The area defined by law in 1757 for the cultivation of vines covers 240 000ha/593 000 acres of which a tenth consists of vineyards that stretch for about sixty miles along the Douro to the Spanish border. The approximate centre is situated at Pinhão. There are 25 000 vineyard owners. Port’s inestimable quality is due to the exceptional conditions under which the grapes are grown and ripened – hot summers, cold winters, and schist soil – and the processing of the fruit when harvested. The vines grow on steep terraces overlooking the Douro, a striking picture not only from an aesthetic point of view but also in terms of the extraordinary amount of work involved.
The making of port
The grape harvest takes place in late September. Men carry the bunches of grapes in wickerwork baskets on their backs. The cut grapes go into the press where mechanical crushing has taken the place of human treading which, with its songs and rhythmic tunes, was so highly picturesque. The must is sealed off during fermentation which reduces the sugar content to the right amount, then brandy – from Douro grapes – is added to stop the fermentation and to stabilise the sugar. In the spring the wine is taken by lorry and train to Vila Nova de Gaia. Up until a few years ago it was transported 150km/90mi along the Douro to Oporto in picturesque sailing craft known as barcelos rebelos. Some of these boats may be seen at Pinhão and Vila Nova da Gaia.
The wine is stored with the 58 port wine companies that have set up in Vila Nova da Gaia and matures in huge casks or, more commonly, in vats containing up to 1 000hl/26 400 imperial gallons. It is then decanted into 535l/118 gallon barrels (pipes) in which the porous nature of the wood augments the ageing process. The Wine Institute (Instituto do Vinho do Porto) sets the rules and controls the quality.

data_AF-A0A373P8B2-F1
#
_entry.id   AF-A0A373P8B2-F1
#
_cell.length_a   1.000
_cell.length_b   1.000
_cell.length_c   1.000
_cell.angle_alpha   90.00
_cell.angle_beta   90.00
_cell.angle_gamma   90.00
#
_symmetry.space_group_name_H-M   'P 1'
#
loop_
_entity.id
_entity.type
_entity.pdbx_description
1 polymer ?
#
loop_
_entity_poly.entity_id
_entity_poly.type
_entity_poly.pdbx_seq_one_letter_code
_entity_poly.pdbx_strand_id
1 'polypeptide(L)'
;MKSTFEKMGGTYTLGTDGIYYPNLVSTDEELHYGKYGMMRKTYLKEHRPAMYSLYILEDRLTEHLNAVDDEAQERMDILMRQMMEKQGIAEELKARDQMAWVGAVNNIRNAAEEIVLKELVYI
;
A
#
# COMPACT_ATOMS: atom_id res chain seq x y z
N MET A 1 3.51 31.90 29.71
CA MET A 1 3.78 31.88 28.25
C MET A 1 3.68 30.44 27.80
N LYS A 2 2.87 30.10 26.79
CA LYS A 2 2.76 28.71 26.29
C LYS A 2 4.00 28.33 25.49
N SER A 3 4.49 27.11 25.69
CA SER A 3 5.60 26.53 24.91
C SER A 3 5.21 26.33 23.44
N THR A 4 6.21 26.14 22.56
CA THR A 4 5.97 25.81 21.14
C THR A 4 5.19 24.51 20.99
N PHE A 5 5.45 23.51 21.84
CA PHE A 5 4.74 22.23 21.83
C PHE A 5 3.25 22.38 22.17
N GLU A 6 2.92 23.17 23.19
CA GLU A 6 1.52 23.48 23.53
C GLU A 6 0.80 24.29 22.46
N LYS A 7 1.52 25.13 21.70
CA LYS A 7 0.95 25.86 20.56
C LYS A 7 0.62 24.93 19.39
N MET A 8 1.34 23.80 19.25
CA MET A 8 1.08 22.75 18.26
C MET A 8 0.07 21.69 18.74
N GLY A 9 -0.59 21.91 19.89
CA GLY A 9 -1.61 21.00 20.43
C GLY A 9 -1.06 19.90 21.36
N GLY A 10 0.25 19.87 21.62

Types of port
Port, which is red or white according to the colour of the grapes from which it is made, has many subtleties – it can be dry, medium or sweet. The variety of port also depends upon the way it is made. Port aged in casks matures through oxidation and turns a beautiful amber colour; port aged in the bottle matures by reduction and is a dark red colour. The alcohol content is about 20%.
Vintage ports are selected from the best wines of a particularly fine year and are bottled after two years in casks. They then mature in the bottle for at least ten years or more before being served. Since 1974 all Vintage Port must be bottled in Portugal.
White port or Branco is less well known than the reds. It is a fortified wine made from white grapes. Dry or extra dry, it makes a good apéritif.